Last Weekend for Turnbull?

Chaos Reigns Supreme

I suggested in yesterday’s Commentary that Turnbull’s proposals on NEG policy (sic) have created a chaotic situation in which changes now seem to be made almost every day in an attempt to persuade rebel MP’s to re-think their opposition to the policy and avoid resignations by some Ministers. These rebels are particularly opposed to any legislation which seeks to lock in the 26 per cent reduction in emissions under the Paris accord. It should be noted that, while 10 rebels have been publicly identified, there appear to be others who are also unhappy with some of the existing NEG proposals. Former Major General Jim Molan (now a Senator), for example, told Sky News last night that he did not accept any legislation endorsing the 26 per cent reduction in emissions.

However, today’s developments suggests that the Turnbull regime is concentrating on what will happen to prices under NEG (see Turnbull Attacks Big Three Gentailers). It seems that, despite Frydenberg’s repeated claim that prices have already started to fall, senior ministers now recognise that it is no longer accepted publicly that NEG would produce lower prices.  Instead, one of two promises today on policy is that action will be taken against the big generators/retailers (known as “gentailers” because they operate both generators and retailing) for ripping off consumers by unjustifiably raising prices and profits.

Ironically, these ministers claim that the very body which is supposed to ensure competition (the ACCC) should already have evidence to support taking such action and, according to Treasurer Scott Morrison, the mere warning that action may be taken will itself lead the companies to downward adjust their prices as happened with gas prices when export controls were threatened. But that seems unlikely with domestic electricity prices and there is no explanation as to why the ACCC (which recently published an extensive report on the energy “system”) has not already taken action against the companies and why it should not do so now – and immediately.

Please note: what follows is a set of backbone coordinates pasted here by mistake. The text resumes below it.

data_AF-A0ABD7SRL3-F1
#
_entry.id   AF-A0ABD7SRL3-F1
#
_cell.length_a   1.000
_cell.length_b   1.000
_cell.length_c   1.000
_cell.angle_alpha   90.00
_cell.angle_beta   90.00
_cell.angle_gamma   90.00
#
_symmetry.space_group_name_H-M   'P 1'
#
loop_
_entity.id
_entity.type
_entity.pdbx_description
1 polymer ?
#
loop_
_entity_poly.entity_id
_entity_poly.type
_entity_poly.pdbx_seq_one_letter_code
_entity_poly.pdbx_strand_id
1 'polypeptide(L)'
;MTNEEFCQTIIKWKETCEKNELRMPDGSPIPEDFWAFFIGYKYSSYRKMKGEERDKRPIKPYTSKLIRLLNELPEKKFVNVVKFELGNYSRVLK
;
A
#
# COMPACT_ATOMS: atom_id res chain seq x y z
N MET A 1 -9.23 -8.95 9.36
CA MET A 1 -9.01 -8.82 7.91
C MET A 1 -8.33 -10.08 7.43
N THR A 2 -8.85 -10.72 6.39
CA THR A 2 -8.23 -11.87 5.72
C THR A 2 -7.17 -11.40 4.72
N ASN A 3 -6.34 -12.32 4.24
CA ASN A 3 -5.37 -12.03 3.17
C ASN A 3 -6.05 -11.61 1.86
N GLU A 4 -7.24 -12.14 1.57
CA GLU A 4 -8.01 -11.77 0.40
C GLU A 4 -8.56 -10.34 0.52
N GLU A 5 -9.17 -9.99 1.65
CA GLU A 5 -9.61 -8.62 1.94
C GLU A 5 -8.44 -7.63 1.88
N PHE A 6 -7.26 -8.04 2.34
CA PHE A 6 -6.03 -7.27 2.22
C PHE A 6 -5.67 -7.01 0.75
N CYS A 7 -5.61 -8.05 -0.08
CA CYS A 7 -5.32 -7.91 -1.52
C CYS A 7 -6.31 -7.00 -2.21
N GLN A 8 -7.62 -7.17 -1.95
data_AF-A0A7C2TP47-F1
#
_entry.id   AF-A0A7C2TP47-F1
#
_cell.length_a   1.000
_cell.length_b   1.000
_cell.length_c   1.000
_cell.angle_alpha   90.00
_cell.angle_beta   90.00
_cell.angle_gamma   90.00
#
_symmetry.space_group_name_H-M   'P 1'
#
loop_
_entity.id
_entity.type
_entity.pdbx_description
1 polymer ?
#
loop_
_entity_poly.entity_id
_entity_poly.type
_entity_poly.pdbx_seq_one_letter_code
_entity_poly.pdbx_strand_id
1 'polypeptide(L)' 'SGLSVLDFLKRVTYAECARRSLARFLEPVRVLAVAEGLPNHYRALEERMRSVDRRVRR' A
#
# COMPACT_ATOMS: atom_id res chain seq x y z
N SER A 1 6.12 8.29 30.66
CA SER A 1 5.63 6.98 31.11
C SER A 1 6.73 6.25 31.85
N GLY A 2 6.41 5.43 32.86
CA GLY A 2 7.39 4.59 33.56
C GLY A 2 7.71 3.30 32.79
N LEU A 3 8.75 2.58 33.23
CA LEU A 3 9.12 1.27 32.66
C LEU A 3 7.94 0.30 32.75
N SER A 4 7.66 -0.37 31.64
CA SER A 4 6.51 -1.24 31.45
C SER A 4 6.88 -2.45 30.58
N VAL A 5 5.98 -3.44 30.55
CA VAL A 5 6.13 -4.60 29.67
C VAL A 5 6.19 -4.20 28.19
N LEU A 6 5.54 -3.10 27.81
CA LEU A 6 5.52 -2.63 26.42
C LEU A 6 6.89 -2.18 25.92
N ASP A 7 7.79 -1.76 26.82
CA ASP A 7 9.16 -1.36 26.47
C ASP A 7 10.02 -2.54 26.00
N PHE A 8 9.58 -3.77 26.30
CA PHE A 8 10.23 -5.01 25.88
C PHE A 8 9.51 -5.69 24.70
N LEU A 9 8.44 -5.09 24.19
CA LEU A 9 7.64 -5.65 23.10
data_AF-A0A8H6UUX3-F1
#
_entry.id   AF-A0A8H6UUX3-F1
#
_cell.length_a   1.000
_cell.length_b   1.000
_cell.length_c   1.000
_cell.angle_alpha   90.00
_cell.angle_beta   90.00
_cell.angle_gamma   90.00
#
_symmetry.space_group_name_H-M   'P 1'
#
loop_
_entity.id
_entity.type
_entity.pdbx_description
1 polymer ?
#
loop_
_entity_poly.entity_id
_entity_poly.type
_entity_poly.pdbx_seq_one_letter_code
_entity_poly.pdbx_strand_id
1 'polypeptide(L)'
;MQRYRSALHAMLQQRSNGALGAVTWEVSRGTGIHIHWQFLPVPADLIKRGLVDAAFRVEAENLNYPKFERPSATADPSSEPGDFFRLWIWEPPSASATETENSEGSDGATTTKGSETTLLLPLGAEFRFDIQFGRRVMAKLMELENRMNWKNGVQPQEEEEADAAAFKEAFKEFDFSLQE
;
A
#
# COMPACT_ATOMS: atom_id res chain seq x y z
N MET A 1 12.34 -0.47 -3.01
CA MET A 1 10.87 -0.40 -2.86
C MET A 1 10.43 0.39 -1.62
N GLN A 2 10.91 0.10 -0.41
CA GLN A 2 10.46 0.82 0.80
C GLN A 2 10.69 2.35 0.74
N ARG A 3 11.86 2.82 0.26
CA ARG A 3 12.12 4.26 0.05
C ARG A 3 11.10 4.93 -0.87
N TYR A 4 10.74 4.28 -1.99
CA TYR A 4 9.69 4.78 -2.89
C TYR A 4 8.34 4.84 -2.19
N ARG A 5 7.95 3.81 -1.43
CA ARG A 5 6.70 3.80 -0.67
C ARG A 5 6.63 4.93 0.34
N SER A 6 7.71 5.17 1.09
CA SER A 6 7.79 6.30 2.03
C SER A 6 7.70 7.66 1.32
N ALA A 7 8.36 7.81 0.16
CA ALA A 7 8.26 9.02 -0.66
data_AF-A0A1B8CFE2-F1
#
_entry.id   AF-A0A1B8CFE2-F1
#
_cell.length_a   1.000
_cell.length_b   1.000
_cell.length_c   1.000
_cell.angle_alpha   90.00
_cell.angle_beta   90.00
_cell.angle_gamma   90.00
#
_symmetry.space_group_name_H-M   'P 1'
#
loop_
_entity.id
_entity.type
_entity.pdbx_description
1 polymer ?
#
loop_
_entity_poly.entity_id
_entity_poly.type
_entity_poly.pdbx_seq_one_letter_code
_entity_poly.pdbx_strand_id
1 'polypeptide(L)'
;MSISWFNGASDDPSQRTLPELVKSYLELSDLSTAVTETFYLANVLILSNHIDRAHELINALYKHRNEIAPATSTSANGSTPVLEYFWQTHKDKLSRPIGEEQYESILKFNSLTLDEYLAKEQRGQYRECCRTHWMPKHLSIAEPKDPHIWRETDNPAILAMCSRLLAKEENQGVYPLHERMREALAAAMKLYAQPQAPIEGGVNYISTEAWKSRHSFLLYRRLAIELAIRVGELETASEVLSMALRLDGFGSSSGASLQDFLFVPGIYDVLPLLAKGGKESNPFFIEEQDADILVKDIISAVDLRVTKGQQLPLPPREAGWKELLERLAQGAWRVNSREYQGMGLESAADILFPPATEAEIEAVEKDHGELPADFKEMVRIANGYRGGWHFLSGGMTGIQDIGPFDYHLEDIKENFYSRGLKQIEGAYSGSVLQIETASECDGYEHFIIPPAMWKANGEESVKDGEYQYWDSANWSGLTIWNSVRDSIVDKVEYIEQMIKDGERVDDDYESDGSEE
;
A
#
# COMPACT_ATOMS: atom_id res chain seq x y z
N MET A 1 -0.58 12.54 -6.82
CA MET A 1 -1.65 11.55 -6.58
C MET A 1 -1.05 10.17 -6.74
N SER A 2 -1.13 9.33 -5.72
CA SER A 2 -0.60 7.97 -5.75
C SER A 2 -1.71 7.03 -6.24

Just why these gentailers and other retailers have been able to get away with exploitative action is not clear. But the ACCC and the Turnbull government must be held responsible for the price increases which have occurred over recent years. The attached graph shows the increase in wholesale prices plus the addition to costs arising from the cost of renewable certificates which electricity suppliers have been required to pay. This shows that since around 2011 the total costs of electricity have doubled or trebled in the states, with South Australia’s increase being the highest (see Increase in Electricity Prices 2011-2018).

Thus, even before there is any NEG in operation, the regulations imposed under the renewable and emissions policies which Turnbull has operated have been the major contributors to this very large increase in costs born by consumers. As NEG legislation would continue such policies, it is virtually certain that prices will continue to increase unless controls are imposed on electricity prices, which may be under consideration (see Crowe on NEG).

But while Turnbull himself would doubtless be prepared to extend government controls on electricity prices, it seems unlikely that most of Coalition would be prepared to do so in circumstances where the general public has become more aware of the doubts about the usefulness of NEG. Now that a draft of the legislation has been passed to Labor but (amazingly) not to Coalition MPs, it is likely that those doubts will be increased.

Yesterday I  referred to adverse analysis made by The Australian’s political editor Dennis Shanahan on the situation facing Turnbull. Today he winds up his piece thus

Yet while Turnbull tries to placate MPs over prices, there is a growing, wider discontent over his political handling of energy and other issues, including his response to the by-election losses, an inability to put pressure on the ALP and the selling of the government’s tax agenda. Not enough time was spent earlier to address the concerns of the Coalition partyroom and so avoid what is now a sizeable revolt, as well as the impression of a leader being forced to capitulate to ­internal critics. MPs are frustrated that he did not act earlier on widespread concerns about energy prices and the advantage of being seen to embrace reliable coal-fired power. Instead, he left decisive action to the last minute and seems ­wedded to the idea of being the only nation to legislate Paris ­targets”.

Will this weekend wind up Turnbull’s Prime Ministership?

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